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5 Things I Totally Miss About Having Roommates

5 Things I Totally Miss About Having Roommates

There are dishes piled in the sink, and your bathroom could be a little (or a lot) cleaner. We get it — living with other people isn’t always a dream. Sometimes it’s frustrating and bothersome, but the grass is always greener on the other side, right? Well, not always. Sure, there are perks to being the ruler of your own castle, but roommates offer their own benefits — things you just can’t get when you live alone.

So, what happens when you finally decide to fly solo? We talked to some former roommates about what they miss most about their co-living partners-in-crime. You’ll be surprised — and maybe more likely to renew your lease — despite your current roommate’s [lack of] tidiness. Because when you live alone…

1. Networking is Harder

When you have roommates, getting out and about is as easy as tagging along with your live-in friends. Living alone requires making a concentrated effort to seek out those opportunities. While that’s great for developing social skills,  sometimes it’s just awkward to show up to Happy Hour alone.

“In college, I lived with an eclectic group of four roommates who made my time in school lively and memorable. Our housemates consisted of very social and gregarious people was well as cerebral introverts and artists,” says Dwayne Franco, a PR professional based in San Francisco, who admits it’s harder to expand his network without the help of trusty roommates.

“Living with others was an easy way to be introduced to new friends, new hobbies and new restaurants. This balance brought a wide variety of people to the house, which is something that I miss about having roommates. Networking is almost effortless when you live with many different people, and now that I live alone in SF, I find it harder to meet strangers.”

2. You Have to Do All The Chores

How’s that saying go — many hands make light work? Yup, just another perk of having a roommate. From caring for the household pet to washing the dishes, co-living means less work for you. Ruler of the castle and all the trash. Go, you!

“I used to have roommates, and I loved it. One of the things I always did when looking for a new roommate was see how they took to my cat when they came to look at the apartment,” says New Yorker and comedian Dan Nainan.

“It’s pretty easy to see who is an animal lover and who isn’t. And my roommates were always kind enough to take care of him when I was on the road. When you have a great roommate, you don’t really think about things like division of labor, or chores, or anything like that.”

3. You’re All By Your Lonesome

Without having to send a text blast or organize a whole event, you always have someone to be social with any night of the week with roommates. The convenience of hanging with your roommate versus the extra work you have to put in when flying solo can really trigger the feels when remembering the good [co-living] life.

“When you have roommates, you always have someone there to do stuff with. It’s the little things you don’t really think about, like watching TV or going to the gym,” says Josh Heffernan, a manufacturing manager in Dallas, who misses the low-maintenance, yet totally social life with roommates.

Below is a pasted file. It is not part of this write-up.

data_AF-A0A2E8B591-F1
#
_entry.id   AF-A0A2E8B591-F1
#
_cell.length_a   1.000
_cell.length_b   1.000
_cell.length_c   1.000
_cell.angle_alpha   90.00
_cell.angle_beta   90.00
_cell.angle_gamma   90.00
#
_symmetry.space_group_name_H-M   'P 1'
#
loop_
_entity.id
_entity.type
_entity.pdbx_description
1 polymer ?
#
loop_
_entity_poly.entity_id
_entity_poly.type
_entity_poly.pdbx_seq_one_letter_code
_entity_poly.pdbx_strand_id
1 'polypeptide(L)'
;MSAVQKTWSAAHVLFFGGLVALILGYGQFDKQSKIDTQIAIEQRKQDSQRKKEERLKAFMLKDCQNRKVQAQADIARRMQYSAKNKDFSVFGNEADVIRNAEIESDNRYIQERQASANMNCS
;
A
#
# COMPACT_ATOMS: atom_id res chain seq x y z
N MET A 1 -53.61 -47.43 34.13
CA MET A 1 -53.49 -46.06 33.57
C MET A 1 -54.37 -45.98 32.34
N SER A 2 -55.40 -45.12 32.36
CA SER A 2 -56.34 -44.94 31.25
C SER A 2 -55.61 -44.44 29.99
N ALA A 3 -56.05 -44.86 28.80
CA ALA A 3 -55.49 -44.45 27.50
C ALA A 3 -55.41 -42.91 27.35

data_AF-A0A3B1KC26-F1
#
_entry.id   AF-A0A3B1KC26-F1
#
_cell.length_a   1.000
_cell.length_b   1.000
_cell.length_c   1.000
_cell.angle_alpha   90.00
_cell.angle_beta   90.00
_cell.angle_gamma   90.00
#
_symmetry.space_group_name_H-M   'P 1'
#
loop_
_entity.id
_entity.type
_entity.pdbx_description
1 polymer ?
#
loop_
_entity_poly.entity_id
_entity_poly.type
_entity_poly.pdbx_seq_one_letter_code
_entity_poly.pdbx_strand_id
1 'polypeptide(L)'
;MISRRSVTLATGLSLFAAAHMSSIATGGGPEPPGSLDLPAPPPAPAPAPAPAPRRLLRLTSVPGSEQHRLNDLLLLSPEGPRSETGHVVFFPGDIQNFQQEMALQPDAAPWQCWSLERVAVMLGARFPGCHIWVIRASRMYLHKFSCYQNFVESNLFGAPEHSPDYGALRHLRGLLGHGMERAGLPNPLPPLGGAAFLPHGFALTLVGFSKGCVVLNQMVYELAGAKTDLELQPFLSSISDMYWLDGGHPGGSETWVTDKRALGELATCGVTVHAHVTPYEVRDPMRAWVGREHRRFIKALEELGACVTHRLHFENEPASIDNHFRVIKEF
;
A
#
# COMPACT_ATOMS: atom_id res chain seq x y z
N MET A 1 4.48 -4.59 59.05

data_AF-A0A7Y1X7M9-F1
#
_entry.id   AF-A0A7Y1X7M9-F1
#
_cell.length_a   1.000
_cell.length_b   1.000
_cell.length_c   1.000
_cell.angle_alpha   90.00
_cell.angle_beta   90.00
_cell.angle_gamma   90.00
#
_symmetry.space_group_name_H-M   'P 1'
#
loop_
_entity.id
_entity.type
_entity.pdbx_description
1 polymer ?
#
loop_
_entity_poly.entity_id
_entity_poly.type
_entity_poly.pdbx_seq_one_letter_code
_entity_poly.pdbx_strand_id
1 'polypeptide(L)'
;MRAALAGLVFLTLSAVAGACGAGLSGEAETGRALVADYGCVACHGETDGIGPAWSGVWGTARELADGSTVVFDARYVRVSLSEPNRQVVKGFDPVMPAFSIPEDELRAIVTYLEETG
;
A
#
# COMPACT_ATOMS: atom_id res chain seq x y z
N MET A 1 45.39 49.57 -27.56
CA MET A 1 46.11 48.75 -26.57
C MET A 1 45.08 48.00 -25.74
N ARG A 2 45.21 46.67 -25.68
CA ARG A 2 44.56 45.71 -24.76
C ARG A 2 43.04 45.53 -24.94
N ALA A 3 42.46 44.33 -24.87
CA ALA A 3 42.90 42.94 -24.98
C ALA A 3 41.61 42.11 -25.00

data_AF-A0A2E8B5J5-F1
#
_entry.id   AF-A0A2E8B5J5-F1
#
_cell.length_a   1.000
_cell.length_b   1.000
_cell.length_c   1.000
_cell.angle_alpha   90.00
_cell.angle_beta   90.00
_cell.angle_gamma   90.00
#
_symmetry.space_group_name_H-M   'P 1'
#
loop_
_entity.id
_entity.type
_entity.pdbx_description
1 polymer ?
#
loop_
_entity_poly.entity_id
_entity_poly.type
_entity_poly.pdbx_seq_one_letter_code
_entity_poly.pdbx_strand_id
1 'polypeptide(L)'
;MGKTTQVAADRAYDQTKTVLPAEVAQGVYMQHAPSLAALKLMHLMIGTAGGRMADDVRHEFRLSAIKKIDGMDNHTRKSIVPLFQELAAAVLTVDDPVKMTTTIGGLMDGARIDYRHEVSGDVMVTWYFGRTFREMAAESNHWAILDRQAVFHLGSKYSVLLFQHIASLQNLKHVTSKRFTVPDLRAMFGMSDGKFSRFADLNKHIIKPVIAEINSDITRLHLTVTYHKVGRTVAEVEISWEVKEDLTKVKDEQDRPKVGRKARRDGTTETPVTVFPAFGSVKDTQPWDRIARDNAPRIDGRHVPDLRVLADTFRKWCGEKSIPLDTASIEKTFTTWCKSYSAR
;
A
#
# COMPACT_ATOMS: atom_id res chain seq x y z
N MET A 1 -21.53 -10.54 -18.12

“You wouldn’t call up a friend to do that, but a roommate’s already there. When you live alone it’s a lot of watching TV in your underwear. That’s a pro and a con.”

4.  Eating in is Not the Same

Besides the fun of cooking together, co-living keeps you honest in the kitchen. Roommates with standing dinner dates help you resist the evil temptation of takeout or TV dinners all the time. (Though they can also be your demise when they bring home the good stuff — and you totally love ’em for it.) There’s always the dilemma of too much or too little to eat when you’re alone. Do you half the recipe, or eat spaghetti until you’re sick of it?

“I really miss cooking for more than one or two people. When I lived in a house of four or five people, I could make huge pots of food at a time, and there would always be hungry friends to eat it all,” says Natalie Andrews, a marketing professional based in Berlin, who transitioned from a house full of roommates to living with her partner.

“Cooking for one or two people means either lots of leftovers that you eat for a week, or cooking smaller amounts of food that require just as much effort as the big pot would have!”

5. There’s No More Nightly Chit-Chat

A roommate or two can be an extra set of eyes on your everyday life, and having a posse can be pretty sweet. They’re the first to notice a boyfriend who’s bad news and the first to tell you to chase your dreams and quit your dead-end job. Needless to say, co-living provides a perfect sounding board when you need to vent — and it totally beats talking to your teddy bear.

“I miss coming home and having someone to chat with in the evenings. It’s those hours between 6-9 p.m. when you’re eating leftovers and just hanging around talking about your day,” says Lori Tallent, a Dallas-based social media professional, who has lived alone for the last few years and admits she misses the nightly chit-chat.

“When I moved out on my own, I thought, it’s so quiet. It took some getting used to.”

So maybe living by yourself isn’t quite all it’s cracked up to be. Enjoy the time you’re spending living in close quarters. It’s hard to imagine, but there will be things you miss when you’re on your own.